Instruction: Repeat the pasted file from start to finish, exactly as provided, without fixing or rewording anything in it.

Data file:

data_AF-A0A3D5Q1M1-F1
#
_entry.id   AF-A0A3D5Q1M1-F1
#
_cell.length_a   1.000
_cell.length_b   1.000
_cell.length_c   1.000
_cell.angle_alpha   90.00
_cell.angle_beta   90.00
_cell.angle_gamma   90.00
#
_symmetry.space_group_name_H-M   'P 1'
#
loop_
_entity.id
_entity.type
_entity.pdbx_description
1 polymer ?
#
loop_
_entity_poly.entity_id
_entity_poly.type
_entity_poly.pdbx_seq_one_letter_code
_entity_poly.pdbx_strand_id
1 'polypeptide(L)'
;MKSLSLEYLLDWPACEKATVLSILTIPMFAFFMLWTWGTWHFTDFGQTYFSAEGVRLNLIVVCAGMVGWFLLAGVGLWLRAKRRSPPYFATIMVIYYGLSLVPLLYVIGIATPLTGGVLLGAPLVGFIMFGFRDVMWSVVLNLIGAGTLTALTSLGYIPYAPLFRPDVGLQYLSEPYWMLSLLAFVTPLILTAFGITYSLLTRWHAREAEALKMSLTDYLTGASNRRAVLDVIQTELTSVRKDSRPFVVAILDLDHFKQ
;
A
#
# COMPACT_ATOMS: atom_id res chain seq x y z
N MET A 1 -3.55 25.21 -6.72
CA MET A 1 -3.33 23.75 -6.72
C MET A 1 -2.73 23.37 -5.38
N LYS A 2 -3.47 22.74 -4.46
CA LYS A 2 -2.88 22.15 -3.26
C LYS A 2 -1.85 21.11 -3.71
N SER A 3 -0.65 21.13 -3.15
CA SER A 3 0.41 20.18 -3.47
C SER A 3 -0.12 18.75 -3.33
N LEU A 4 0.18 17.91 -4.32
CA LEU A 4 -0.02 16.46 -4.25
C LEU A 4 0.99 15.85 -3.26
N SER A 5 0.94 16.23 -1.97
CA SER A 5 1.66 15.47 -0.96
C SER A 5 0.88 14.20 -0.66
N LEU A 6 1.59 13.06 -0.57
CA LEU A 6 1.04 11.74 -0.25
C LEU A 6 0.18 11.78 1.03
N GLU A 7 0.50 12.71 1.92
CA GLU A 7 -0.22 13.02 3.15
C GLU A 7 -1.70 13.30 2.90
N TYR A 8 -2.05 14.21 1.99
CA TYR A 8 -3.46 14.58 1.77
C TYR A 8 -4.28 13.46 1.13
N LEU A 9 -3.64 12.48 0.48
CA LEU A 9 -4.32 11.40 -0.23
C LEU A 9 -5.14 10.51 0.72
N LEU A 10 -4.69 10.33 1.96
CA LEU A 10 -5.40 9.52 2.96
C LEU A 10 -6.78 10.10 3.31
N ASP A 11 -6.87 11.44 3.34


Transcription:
data_AF-A0A3D5Q1M1-F1
#
_entry.id   AF-A0A3D5Q1M1-F1
#
_cell.length_a   1.000
_cell.length_b   1.000
_cell.length_c   1.000
_cell.angle_alpha   90.00
_cell.angle_beta   90.00
_cell.angle_gamma   90.00
#
_symmetry.space_group_name_H-M   'P 1'
#
loop_
_entity.id
_entity.type
_entity.pdbx_description
1 polymer ?
#
loop_
_entity_poly.entity_id
_entity_poly.type
_entity_poly.pdbx_seq_one_letter_code
_entity_poly.pdbx_strand_id
1 'polypeptide(L)'
;MKSLSLEYLLDWPACEKATVLSILTIPMFAFFMLWTWGTWHFTDFGQTYFSAEGVRLNLIVVCAGMVGWFLLAGVGLWLRAKRRSPPYFATIMVIYYGLSLVPLLYVIGIATPLTGGVLLGAPLVGFIMFGFRDVMWSVVLNLIGAGTLTALTSLGYIPYAPLFRPDVGLQYLSEPYWMLSLLAFVTPLILTAFGITYSLLTRWHAREAEALKMSLTDYLTGASNRRAVLDVIQTELTSVRKDSRPFVVAILDLDHFKQ
;
A
#
# COMPACT_ATOMS: atom_id res chain seq x y z
N MET A 1 -3.55 25.21 -6.72
CA MET A 1 -3.33 23.75 -6.72
C MET A 1 -2.73 23.37 -5.38
N LYS A 2 -3.47 22.74 -4.46
CA LYS A 2 -2.88 22.15 -3.26
C LYS A 2 -1.85 21.11 -3.71
N SER A 3 -0.65 21.13 -3.15
CA SER A 3 0.41 20.18 -3.47
C SER A 3 -0.12 18.75 -3.33
N LEU A 4 0.18 17.91 -4.32
CA LEU A 4 -0.02 16.46 -4.25
C LEU A 4 0.99 15.85 -3.26
N SER A 5 0.94 16.23 -1.97
CA SER A 5 1.66 15.47 -0.96
C SER A 5 0.88 14.20 -0.66
N LEU A 6 1.59 13.06 -0.57
CA LEU A 6 1.04 11.74 -0.25
C LEU A 6 0.18 11.78 1.03
N GLU A 7 0.50 12.71 1.92
CA GLU A 7 -0.22 13.02 3.15
C GLU A 7 -1.70 13.30 2.90
N TYR A 8 -2.05 14.21 1.99
CA TYR A 8 -3.46 14.58 1.77
C TYR A 8 -4.28 13.46 1.13
N LEU A 9 -3.64 12.48 0.48
CA LEU A 9 -4.32 11.40 -0.23
C LEU A 9 -5.14 10.51 0.72
N LEU A 10 -4.69 10.33 1.96
CA LEU A 10 -5.40 9.52 2.96
C LEU A 10 -6.78 10.10 3.31
N ASP A 11 -6.87 11.44 3.34